Fed recoils from 1937 tightening error as jobs evaporate
The American economy has shed 347,000 jobs over the past two months, roughly comparable with the rate of loss seen during the Great Recession. It is remarkable that the US Federal Reserve should even have been thinking of phasing out life-support in such circumstances.
By Ambrose Evans-Pritchard
18 Sep 2013
The Fed’s tough talk has already led to a 140 basis point rise in US 10-year Treasury yields, the benchmark price money for US mortgages and for the world (ex-China). It might as well have raised rates six times.
The shock decision on Wednesday night to put off tapering bond purchases is a recognition of what should have been obvious. Rising mortgage costs and the “tightening of financial conditions” could slow growth, it said. Indeed.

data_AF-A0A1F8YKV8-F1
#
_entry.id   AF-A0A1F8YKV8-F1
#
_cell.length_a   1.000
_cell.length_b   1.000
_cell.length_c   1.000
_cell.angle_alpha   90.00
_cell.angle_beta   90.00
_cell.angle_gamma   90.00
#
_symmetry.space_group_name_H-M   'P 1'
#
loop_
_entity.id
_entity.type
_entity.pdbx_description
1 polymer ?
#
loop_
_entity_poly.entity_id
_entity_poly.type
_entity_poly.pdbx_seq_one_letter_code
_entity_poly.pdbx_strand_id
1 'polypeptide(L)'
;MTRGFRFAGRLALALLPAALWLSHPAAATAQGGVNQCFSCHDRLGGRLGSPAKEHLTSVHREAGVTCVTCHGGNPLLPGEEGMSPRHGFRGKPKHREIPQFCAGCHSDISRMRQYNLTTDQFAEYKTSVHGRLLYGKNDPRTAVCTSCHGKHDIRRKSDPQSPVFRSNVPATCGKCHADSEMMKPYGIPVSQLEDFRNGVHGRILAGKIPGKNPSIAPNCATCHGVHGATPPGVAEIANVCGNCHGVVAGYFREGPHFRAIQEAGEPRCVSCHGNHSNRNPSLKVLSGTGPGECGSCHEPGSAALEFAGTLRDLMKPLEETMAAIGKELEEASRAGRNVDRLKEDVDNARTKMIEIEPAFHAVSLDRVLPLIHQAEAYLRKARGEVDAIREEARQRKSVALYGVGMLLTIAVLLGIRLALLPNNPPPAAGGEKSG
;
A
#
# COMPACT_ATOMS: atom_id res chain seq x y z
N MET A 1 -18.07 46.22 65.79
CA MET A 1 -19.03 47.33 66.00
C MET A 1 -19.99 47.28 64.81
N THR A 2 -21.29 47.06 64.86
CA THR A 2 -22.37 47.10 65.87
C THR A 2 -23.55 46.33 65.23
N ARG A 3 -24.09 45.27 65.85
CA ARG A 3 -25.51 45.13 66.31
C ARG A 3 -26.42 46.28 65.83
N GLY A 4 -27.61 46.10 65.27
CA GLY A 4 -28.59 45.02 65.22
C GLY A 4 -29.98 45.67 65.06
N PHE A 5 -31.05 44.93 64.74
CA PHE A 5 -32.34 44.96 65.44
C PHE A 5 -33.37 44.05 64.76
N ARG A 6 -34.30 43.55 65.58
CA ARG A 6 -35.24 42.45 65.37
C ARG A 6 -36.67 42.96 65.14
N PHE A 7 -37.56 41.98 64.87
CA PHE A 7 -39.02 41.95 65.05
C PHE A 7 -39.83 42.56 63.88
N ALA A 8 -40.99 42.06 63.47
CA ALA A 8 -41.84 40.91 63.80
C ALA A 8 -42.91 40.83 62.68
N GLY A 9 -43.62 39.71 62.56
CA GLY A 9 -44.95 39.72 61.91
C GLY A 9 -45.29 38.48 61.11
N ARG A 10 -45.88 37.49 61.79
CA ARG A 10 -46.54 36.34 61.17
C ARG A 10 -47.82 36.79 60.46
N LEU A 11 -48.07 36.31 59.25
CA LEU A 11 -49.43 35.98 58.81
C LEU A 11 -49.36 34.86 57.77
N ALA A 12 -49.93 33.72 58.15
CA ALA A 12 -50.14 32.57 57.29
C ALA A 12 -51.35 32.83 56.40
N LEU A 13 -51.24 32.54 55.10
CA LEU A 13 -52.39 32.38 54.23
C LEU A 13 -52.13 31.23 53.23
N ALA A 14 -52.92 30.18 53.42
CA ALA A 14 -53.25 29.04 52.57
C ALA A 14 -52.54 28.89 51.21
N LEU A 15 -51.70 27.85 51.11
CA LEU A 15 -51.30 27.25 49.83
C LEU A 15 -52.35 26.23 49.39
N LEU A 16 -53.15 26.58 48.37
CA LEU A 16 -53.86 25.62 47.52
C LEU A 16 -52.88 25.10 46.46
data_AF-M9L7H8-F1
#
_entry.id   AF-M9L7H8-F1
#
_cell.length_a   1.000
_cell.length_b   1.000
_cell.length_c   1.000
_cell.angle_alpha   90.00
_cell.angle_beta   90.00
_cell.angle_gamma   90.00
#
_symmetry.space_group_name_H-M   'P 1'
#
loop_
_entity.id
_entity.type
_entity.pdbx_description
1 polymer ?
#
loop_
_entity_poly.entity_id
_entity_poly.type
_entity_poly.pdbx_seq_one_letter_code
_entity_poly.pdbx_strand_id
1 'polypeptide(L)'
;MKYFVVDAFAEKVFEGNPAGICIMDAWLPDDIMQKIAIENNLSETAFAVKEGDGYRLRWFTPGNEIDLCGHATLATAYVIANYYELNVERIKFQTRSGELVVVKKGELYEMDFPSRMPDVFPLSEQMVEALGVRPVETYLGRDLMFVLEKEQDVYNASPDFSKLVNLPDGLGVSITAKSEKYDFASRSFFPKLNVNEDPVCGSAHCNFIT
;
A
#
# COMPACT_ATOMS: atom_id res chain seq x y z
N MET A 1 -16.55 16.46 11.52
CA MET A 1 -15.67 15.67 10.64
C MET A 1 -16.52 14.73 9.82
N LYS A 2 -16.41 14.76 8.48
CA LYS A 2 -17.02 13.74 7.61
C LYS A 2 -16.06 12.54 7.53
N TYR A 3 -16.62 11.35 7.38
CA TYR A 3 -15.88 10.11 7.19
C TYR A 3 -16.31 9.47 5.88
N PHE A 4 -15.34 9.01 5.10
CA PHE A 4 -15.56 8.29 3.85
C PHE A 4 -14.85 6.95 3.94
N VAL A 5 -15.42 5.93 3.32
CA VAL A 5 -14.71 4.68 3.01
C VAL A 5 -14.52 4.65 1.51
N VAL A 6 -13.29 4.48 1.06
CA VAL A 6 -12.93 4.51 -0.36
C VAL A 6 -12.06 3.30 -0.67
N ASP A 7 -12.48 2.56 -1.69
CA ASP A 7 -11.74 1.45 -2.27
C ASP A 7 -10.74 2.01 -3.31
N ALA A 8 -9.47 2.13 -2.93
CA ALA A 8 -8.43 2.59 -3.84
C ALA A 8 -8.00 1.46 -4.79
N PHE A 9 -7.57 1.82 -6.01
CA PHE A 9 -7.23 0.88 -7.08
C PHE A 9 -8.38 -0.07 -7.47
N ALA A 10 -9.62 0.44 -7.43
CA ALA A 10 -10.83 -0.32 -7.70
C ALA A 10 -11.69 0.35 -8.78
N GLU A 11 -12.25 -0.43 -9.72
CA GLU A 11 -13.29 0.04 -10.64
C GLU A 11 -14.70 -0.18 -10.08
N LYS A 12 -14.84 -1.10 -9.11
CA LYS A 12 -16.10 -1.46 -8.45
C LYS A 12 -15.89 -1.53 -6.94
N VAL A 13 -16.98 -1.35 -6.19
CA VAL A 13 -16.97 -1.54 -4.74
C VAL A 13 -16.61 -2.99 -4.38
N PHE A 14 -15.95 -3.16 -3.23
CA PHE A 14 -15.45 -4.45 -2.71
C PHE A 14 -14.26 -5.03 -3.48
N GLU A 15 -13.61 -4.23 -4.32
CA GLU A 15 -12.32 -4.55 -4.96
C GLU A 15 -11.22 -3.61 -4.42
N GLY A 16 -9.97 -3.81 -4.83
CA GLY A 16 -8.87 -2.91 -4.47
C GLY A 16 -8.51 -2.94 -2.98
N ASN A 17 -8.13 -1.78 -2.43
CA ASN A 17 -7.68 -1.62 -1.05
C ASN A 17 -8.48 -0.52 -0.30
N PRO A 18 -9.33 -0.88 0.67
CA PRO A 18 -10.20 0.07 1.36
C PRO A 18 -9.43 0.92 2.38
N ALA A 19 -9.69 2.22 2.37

The net loss of jobs over the summer months has been entirely among men, mostly aged 25 to 54 and university educated. The cohort aged over 55 has been growing, so this is not happening because baby boomers are retiring early and happy to grow cantaloupes in Arkansas, or to play golf at Torrey Pines.
The labour “participation rate” dropped to 63.2pc in July, the lowest level since the late 1970s. The rate for men is at an all-time low. The unemployment rate has been falling, but chiefly because so many people are giving up hope and dropping off the rolls.
Some Fed governors seem to want to wash their hands of this, latching on to theories that the problem is “structural”: due to evolving technology, or a “skills mismatch”, or that catch-all concept “demographics”. No doubt this is half true, but such claims were made in the early 1980s when jobs were scarce. The unemployed were decried as “shirkers” by the Chicago Tribune in the 1930s.